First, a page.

Just off the coast of north-west Africa, the Canary Islands’ Mediterranean climate, coupled with its otherworldly terrain – think black-sand beaches, volcanic craters and ancient forests sprinkled with gnarled trees – attracts travellers of all stripes. Each island is quite unlike the rest, with offerings for beach bums and those seeking a zen-cation to true adventure junkies – here’s our guide to choosing the right Canary Island for you.
Best for beaches
With more than 80 beaches to choose from, this island is for the true beach bum who wants to kick it back on a doughnut float, rum cocktail in hand. Gran Canaria’s offerings range from stark black-sand beaches to powder-white stretches and pebbly hideaways. Descend the steep steps to Puerto de Mogán, a traditional fishing village, before venturing to Playa de Mogán, a heavenly golden expanse. For a different sort of sunbathing experience, visit the Maspalomas sand dunes, and for something more secluded, a trek to the rugged and rocky Playa del Juncal is in order.
Best for a bit of everything
The most populated of the Canary Islands, Tenerife has a bit of everything, including, sun, sport, shopping and nightlife. Some of the island’s most stunning beauty is best experienced with a scuba mask and tank – the underwater caves in beaches like Las Galletas and Los Gigantes teem with marine life. For a different perspective, hike up Mercedes Forest where a trail through a lush ancient forest will lead you to the quiet coastal town of Punta del Hidalgo. Then pick out a new outfit at Siam Mall or Corte Ingles and bop to some techno beats at one of Tenerife’s many pulsating beach clubs, such as Papagayo Beach Club.
Best for wellness and relaxation
Lanzarote’s ethereal green lagoons, dramatic volcanic craters and craggy cactus gardens make the ideal backdrop for a zen-cation. Here, wellness offerings range from bare-bones B&Bs that combine yoga and meditation classes to ultra-luxurious spa therapies. For an unconventional spa treatment, the Thalasso Spa at Princesa Yaiza Suite Hotel Resort on Playa Blanca uses seawater and algae, which are known to have healing properties. If you prefer Turkish hammams and hydrotherapy pools, head to the gorgeous Puerto Calero and book a session at the Hesperia Lanzarote’s spa centre.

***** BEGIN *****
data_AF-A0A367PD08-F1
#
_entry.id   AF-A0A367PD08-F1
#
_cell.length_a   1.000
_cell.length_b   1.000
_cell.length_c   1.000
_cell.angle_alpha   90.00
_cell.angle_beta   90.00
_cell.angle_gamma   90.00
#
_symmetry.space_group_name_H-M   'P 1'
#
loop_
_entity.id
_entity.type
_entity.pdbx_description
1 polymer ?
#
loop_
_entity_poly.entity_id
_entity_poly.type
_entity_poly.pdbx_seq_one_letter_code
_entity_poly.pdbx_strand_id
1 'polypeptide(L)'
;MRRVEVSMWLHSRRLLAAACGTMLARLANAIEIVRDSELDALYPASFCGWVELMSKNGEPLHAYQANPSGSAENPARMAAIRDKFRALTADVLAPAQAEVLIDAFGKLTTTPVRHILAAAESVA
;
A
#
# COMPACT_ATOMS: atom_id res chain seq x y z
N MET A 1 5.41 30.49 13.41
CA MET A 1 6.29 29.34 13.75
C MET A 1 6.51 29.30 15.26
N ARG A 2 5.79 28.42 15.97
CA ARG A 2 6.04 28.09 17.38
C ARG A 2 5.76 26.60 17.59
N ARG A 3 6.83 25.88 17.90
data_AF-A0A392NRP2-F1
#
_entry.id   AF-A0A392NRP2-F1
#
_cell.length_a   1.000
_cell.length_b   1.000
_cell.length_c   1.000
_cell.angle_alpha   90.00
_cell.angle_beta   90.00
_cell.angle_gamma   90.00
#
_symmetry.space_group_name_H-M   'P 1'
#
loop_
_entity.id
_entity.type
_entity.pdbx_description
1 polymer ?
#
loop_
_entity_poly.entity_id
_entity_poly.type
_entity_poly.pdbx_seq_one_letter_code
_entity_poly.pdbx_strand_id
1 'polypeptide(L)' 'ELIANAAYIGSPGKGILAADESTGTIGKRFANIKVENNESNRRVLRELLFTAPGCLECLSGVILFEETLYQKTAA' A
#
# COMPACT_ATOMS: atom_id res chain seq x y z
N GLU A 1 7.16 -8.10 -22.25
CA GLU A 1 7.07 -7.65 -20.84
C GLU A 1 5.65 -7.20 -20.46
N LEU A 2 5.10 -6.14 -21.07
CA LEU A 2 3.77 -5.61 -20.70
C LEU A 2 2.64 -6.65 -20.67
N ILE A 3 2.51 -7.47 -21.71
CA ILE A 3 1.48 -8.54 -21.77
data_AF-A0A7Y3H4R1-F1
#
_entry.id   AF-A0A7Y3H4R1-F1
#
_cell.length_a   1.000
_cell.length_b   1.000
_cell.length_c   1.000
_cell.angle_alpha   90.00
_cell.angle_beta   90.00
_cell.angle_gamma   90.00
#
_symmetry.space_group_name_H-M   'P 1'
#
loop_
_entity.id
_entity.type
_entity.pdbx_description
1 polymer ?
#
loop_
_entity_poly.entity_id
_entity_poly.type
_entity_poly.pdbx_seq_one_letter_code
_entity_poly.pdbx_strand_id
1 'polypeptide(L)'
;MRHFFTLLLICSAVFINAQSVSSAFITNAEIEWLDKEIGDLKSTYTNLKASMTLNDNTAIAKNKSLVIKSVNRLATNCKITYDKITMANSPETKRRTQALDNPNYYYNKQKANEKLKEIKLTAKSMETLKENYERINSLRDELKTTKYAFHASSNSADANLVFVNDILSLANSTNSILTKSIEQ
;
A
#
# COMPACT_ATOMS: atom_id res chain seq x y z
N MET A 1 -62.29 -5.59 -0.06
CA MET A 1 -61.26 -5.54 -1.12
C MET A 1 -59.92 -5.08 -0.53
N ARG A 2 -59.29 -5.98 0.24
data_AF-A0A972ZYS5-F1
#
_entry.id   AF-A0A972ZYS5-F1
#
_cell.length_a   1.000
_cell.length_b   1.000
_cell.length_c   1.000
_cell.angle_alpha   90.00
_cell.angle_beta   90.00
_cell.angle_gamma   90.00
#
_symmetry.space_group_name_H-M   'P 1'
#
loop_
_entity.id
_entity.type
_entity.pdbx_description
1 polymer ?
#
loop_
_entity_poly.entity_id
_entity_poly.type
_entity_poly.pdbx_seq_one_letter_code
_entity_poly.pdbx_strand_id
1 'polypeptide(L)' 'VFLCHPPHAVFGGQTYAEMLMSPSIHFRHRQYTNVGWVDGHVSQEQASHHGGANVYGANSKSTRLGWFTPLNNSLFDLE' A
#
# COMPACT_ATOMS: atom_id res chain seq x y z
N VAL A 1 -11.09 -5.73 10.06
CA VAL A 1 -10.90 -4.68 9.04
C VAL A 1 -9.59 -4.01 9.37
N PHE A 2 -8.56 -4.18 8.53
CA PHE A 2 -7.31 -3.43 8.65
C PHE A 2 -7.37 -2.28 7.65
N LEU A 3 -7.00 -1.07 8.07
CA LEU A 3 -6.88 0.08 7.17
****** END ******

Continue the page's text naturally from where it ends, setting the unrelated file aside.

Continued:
Best for scenic walks, empty beaches and laid-back living
Adoringly called “La Isla Bonita”, or “the pretty island”, the Canary Islands’ northernmost island is also the world’s first UNESCO Starlight Reserve. With landscapes that vary from empty beaches and jagged volcanoes to dense prehistoric forests, La Palma is all about scenic walks and laid-back living. Caldera de Taburiente National Park in the island’s north is dotted with hidden watering holes, pine forests and gushing waterfalls set against algae-covered cliffs. In the south, Volcán San Antonio, with its stunning views of craters during the daytime, transforms into an astronomical wonder perfect for stargazing at night.
Best for watersports
Fuerteventura, with its iconic plains and ridges, also boasts over 300 km of coastline that ranges from deep orange to chalk white hues and is a surfer’s paradise. Dubbed the “Hawaii of Europe”, Fuerteventura attracts pro surfers, but beginners can also learn to surf at either Palya Morro or El Cotillo beaches. Tired of hanging ten? The winds on Fuerteventura are conducive to many watersports – try your hand at windsurfing on the pristine turquoise waters of Playa de Sotavento or learn to kitesurf amid the postcard-perfect backdrop of Corralejo’s sand dunes.
Best for remote adventures
A UNESCO biosphere reserve, El Hierro’s draw is its surreal natural landscape, including its forests of gnarled juniper trees. Unlike the other Canary Islands, there are few resorts here, as this is an island for remote adventure seekers. For a sense of El Hierro’s magical quality, pay homage to the ancient El Garoé tree, which was believed to have spouted water for the island’s people and animals for centuries, then visit Pozo de las Calcosas, a charming hamlet of houses made from volcanic stone. To truly get your heart pumping, hike up Pico de Malpaso, the island’s highest peak.